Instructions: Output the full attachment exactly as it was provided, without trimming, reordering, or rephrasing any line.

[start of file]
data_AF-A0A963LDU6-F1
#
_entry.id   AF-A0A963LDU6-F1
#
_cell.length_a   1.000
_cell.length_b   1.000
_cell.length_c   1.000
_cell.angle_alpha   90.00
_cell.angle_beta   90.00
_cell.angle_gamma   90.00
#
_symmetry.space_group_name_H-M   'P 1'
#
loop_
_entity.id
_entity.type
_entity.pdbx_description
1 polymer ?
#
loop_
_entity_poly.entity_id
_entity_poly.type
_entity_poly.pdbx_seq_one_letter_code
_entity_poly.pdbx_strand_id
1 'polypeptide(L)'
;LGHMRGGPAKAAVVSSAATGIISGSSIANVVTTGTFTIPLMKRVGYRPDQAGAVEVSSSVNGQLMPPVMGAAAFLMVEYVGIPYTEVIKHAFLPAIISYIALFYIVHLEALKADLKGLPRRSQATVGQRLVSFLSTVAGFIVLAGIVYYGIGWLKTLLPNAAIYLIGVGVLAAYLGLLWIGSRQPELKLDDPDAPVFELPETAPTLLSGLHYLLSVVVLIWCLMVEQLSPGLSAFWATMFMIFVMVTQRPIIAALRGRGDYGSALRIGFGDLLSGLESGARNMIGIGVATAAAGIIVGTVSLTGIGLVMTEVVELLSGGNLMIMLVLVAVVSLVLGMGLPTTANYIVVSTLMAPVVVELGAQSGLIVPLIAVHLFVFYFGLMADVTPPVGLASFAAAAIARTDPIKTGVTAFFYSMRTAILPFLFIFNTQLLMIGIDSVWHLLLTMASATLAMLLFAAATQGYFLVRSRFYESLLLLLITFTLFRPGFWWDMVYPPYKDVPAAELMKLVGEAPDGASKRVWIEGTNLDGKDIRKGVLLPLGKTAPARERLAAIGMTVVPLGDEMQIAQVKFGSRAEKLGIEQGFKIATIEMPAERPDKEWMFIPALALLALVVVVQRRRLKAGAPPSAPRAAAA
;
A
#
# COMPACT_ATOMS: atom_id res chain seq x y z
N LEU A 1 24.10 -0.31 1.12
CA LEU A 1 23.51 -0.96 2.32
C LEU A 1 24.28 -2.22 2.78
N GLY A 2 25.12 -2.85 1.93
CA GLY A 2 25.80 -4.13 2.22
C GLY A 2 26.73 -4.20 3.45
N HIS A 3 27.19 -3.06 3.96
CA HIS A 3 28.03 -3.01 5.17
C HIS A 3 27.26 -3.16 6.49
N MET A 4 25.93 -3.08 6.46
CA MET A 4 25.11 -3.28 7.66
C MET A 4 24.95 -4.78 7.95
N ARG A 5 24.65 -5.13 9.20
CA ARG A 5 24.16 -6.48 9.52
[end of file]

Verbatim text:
data_AF-A0A963LDU6-F1
#
_entry.id   AF-A0A963LDU6-F1
#
_cell.length_a   1.000
_cell.length_b   1.000
_cell.length_c   1.000
_cell.angle_alpha   90.00
_cell.angle_beta   90.00
_cell.angle_gamma   90.00
#
_symmetry.space_group_name_H-M   'P 1'
#
loop_
_entity.id
_entity.type
_entity.pdbx_description
1 polymer ?
#
loop_
_entity_poly.entity_id
_entity_poly.type
_entity_poly.pdbx_seq_one_letter_code
_entity_poly.pdbx_strand_id
1 'polypeptide(L)'
;LGHMRGGPAKAAVVSSAATGIISGSSIANVVTTGTFTIPLMKRVGYRPDQAGAVEVSSSVNGQLMPPVMGAAAFLMVEYVGIPYTEVIKHAFLPAIISYIALFYIVHLEALKADLKGLPRRSQATVGQRLVSFLSTVAGFIVLAGIVYYGIGWLKTLLPNAAIYLIGVGVLAAYLGLLWIGSRQPELKLDDPDAPVFELPETAPTLLSGLHYLLSVVVLIWCLMVEQLSPGLSAFWATMFMIFVMVTQRPIIAALRGRGDYGSALRIGFGDLLSGLESGARNMIGIGVATAAAGIIVGTVSLTGIGLVMTEVVELLSGGNLMIMLVLVAVVSLVLGMGLPTTANYIVVSTLMAPVVVELGAQSGLIVPLIAVHLFVFYFGLMADVTPPVGLASFAAAAIARTDPIKTGVTAFFYSMRTAILPFLFIFNTQLLMIGIDSVWHLLLTMASATLAMLLFAAATQGYFLVRSRFYESLLLLLITFTLFRPGFWWDMVYPPYKDVPAAELMKLVGEAPDGASKRVWIEGTNLDGKDIRKGVLLPLGKTAPARERLAAIGMTVVPLGDEMQIAQVKFGSRAEKLGIEQGFKIATIEMPAERPDKEWMFIPALALLALVVVVQRRRLKAGAPPSAPRAAAA
;
A
#
# COMPACT_ATOMS: atom_id res chain seq x y z
N LEU A 1 24.10 -0.31 1.12
CA LEU A 1 23.51 -0.96 2.32
C LEU A 1 24.28 -2.22 2.78
N GLY A 2 25.12 -2.85 1.93
CA GLY A 2 25.80 -4.13 2.22
C GLY A 2 26.73 -4.20 3.45
N HIS A 3 27.19 -3.06 3.96
CA HIS A 3 28.03 -3.01 5.17
C HIS A 3 27.26 -3.16 6.49
N MET A 4 25.93 -3.08 6.46
CA MET A 4 25.11 -3.28 7.66
C MET A 4 24.95 -4.78 7.95
N ARG A 5 24.65 -5.13 9.20
CA ARG A 5 24.16 -6.48 9.52